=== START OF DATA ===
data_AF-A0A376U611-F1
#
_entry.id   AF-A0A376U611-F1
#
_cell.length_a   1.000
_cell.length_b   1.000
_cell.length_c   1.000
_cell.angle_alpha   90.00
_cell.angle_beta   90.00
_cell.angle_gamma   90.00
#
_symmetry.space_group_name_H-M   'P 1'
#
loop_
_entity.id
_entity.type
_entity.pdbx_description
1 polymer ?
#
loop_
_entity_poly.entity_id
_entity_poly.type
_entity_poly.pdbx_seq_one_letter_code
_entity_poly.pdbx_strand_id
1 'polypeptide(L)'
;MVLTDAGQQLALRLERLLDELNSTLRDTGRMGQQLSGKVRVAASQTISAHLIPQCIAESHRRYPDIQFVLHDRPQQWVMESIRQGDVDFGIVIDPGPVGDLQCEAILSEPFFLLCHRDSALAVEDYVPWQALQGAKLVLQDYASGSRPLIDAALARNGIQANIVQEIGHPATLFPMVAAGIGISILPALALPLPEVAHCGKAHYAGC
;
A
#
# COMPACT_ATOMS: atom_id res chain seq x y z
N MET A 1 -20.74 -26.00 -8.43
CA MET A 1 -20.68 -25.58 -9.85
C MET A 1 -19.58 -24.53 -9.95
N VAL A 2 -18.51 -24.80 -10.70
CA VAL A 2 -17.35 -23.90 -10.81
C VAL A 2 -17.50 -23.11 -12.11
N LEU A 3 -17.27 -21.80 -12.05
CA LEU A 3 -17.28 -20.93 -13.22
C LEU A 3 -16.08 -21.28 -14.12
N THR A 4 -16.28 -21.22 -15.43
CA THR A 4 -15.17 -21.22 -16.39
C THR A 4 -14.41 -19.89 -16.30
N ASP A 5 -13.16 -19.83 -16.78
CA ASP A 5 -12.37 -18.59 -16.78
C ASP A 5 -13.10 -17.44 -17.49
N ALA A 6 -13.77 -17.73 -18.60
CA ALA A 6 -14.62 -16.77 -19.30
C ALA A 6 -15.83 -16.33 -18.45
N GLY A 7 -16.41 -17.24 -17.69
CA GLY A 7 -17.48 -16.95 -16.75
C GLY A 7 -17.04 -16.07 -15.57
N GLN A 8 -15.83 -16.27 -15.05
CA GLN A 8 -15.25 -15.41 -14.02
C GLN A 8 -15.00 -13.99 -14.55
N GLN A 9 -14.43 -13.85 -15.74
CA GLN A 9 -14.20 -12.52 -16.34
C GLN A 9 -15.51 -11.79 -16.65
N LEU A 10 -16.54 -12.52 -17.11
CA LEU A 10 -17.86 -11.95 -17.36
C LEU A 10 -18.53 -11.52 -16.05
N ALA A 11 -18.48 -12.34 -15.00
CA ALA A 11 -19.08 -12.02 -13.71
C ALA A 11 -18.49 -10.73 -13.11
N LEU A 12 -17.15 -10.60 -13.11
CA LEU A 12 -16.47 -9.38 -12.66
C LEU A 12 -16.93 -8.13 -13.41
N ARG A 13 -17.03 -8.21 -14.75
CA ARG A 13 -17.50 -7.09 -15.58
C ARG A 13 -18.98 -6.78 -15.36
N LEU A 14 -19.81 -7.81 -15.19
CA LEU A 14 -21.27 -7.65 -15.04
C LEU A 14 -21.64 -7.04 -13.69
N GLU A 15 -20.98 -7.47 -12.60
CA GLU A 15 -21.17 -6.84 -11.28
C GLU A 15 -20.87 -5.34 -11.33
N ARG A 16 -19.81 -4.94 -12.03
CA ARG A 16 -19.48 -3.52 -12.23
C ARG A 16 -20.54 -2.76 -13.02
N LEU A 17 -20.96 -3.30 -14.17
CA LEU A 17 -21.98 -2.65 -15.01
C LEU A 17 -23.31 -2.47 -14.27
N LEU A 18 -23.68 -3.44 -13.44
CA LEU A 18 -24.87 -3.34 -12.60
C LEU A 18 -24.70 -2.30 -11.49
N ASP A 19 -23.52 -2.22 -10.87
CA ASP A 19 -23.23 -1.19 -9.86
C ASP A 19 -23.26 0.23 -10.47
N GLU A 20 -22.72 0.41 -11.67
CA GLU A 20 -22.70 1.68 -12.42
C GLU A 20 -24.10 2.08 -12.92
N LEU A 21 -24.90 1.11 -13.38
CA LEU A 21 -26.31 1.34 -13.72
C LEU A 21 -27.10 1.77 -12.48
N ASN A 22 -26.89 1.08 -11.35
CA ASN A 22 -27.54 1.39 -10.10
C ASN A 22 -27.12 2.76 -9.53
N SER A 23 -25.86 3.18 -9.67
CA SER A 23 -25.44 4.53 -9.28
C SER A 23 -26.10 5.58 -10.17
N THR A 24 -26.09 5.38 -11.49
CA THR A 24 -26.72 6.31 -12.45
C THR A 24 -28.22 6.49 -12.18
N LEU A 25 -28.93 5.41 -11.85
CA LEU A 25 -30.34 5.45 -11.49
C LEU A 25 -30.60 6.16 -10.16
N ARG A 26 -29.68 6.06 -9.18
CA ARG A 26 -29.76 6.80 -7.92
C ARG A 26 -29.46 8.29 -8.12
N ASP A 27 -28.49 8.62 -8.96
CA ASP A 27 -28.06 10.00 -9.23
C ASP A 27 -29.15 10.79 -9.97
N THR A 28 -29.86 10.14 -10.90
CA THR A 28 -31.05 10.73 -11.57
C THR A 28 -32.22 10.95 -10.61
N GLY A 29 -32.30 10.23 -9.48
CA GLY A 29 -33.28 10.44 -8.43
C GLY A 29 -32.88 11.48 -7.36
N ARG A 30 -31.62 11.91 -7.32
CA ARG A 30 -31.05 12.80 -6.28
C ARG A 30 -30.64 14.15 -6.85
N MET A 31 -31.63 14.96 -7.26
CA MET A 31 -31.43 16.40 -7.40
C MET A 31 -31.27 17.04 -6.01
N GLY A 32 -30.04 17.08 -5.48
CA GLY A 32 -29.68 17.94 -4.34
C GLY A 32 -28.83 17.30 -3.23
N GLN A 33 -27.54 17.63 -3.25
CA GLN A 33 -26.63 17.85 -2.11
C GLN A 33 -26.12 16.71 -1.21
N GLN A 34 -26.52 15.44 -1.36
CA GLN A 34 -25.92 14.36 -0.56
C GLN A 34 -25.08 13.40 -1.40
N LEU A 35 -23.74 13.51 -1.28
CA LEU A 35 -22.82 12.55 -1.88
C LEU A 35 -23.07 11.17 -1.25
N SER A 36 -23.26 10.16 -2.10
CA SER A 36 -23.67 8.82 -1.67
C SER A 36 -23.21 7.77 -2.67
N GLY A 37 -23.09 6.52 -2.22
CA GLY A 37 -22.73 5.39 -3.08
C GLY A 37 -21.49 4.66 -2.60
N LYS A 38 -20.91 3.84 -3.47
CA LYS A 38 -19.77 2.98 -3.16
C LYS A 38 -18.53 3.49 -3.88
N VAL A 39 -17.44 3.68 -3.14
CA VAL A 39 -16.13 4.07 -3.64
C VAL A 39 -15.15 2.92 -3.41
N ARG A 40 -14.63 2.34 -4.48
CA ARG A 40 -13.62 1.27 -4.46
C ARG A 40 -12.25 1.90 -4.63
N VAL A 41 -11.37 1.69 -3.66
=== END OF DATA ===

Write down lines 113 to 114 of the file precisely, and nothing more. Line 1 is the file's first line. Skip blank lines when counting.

CA THR A 28 -31.05 10.73 -11.57
C THR A 28 -32.22 10.95 -10.61